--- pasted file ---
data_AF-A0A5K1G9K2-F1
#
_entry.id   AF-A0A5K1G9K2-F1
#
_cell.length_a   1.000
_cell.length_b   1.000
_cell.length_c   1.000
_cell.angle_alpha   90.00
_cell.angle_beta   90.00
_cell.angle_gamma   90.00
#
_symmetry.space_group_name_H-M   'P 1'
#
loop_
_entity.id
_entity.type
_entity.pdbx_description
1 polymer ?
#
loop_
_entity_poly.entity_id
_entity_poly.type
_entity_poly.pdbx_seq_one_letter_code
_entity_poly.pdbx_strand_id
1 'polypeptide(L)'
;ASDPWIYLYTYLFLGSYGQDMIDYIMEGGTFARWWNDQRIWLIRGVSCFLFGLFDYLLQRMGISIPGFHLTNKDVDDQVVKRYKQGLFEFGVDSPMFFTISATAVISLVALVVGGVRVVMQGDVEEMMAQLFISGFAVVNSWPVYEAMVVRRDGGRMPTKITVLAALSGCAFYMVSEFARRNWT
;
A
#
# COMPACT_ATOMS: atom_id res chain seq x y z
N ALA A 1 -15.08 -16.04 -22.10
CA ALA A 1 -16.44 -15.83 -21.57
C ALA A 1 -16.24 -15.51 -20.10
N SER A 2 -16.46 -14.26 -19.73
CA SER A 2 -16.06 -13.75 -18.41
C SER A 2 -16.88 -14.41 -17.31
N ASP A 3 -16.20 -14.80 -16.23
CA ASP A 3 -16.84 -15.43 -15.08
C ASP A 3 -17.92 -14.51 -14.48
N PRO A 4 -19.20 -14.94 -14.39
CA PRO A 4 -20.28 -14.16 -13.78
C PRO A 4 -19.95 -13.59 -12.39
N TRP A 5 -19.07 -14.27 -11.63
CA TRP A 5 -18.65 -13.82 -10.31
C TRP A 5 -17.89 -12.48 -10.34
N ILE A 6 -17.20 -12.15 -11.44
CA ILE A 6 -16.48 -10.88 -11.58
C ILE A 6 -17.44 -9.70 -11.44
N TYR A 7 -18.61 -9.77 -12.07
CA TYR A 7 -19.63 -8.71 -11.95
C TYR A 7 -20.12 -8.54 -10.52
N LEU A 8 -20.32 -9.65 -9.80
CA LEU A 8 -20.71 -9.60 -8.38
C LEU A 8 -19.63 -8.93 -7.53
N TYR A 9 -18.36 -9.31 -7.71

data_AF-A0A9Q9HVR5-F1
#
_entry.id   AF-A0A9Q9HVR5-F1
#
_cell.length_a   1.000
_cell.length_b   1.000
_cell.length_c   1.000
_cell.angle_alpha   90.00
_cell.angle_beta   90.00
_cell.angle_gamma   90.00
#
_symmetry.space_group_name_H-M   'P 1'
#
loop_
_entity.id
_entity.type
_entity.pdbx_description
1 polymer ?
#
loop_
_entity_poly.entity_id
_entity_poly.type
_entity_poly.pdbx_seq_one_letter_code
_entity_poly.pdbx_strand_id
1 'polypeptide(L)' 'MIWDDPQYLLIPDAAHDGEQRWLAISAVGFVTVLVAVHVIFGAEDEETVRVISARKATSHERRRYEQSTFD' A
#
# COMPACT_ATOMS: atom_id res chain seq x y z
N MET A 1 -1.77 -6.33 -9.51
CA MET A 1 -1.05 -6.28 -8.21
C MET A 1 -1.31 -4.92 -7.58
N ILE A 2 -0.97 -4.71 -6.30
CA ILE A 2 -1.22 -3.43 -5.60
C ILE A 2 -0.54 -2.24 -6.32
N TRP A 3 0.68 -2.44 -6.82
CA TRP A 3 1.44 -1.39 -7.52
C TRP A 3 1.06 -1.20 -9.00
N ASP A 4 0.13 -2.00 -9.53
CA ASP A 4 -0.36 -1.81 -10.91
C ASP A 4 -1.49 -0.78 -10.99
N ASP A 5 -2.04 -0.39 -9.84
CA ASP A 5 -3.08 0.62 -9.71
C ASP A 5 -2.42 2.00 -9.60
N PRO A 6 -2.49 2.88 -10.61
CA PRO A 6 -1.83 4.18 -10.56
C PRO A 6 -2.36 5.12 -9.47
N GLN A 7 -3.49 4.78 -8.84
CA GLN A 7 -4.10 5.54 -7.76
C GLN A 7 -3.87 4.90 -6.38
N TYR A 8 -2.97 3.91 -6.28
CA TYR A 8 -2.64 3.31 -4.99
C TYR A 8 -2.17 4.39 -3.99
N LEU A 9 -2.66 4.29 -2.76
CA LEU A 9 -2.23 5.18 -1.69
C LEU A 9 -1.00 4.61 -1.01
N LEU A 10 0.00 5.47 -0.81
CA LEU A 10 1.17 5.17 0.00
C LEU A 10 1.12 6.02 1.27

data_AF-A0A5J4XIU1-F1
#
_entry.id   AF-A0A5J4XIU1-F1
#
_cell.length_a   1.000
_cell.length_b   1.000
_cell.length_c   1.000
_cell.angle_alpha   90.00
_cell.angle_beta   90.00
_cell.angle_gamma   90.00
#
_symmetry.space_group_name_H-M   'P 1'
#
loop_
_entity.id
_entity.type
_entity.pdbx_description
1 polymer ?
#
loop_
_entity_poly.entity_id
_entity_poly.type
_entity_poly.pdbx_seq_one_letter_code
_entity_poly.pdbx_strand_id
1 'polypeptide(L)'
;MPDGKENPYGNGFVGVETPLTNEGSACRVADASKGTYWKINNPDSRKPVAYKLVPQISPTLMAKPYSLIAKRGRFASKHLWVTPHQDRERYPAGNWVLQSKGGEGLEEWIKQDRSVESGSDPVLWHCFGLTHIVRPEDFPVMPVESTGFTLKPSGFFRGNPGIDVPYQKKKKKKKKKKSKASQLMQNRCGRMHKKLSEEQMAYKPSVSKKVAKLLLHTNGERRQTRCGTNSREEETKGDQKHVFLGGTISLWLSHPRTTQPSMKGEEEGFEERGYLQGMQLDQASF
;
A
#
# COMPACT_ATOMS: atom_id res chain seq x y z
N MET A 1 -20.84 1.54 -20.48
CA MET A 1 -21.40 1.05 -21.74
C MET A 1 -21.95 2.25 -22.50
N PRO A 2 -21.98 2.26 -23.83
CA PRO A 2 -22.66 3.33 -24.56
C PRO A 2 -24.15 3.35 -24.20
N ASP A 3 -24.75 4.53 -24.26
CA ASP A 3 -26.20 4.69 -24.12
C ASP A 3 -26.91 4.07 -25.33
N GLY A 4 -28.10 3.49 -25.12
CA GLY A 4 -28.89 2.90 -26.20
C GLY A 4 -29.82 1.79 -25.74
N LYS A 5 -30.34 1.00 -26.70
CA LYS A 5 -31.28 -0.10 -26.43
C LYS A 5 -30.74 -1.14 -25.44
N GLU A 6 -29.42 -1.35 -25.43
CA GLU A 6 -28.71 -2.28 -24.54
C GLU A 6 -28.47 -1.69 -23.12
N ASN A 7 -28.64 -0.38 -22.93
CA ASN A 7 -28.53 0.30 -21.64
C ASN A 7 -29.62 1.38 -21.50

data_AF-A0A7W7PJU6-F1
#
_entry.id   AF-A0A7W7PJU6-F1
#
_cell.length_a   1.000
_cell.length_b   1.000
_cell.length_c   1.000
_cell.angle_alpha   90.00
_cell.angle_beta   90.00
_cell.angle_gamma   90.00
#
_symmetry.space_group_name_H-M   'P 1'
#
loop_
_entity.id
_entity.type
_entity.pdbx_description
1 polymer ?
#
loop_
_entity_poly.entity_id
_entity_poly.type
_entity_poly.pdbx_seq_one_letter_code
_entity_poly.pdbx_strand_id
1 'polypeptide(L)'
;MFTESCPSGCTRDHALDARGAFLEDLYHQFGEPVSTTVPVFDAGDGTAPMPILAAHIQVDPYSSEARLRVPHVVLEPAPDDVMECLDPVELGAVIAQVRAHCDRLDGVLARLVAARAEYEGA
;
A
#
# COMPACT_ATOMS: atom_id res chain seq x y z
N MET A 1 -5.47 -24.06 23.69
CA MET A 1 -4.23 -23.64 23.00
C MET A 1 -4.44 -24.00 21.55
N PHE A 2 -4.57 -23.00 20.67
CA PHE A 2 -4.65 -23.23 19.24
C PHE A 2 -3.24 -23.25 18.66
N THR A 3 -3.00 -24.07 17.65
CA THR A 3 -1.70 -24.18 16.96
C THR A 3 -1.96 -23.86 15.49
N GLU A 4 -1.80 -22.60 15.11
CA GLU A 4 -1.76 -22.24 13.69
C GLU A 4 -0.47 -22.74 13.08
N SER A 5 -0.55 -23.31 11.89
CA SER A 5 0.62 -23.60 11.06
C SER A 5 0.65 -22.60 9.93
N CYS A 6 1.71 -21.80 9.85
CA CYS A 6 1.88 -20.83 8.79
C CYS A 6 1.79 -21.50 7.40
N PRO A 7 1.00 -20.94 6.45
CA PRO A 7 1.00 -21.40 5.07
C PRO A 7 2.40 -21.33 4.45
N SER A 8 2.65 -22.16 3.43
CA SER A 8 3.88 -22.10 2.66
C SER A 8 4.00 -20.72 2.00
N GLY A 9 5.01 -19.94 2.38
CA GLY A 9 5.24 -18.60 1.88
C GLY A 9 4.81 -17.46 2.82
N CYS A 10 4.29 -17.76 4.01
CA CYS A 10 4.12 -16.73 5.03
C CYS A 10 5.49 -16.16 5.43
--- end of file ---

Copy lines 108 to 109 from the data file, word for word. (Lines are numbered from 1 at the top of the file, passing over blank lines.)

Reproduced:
CA LEU A 9 -2.23 5.18 -1.69
C LEU A 9 -1.00 4.61 -1.01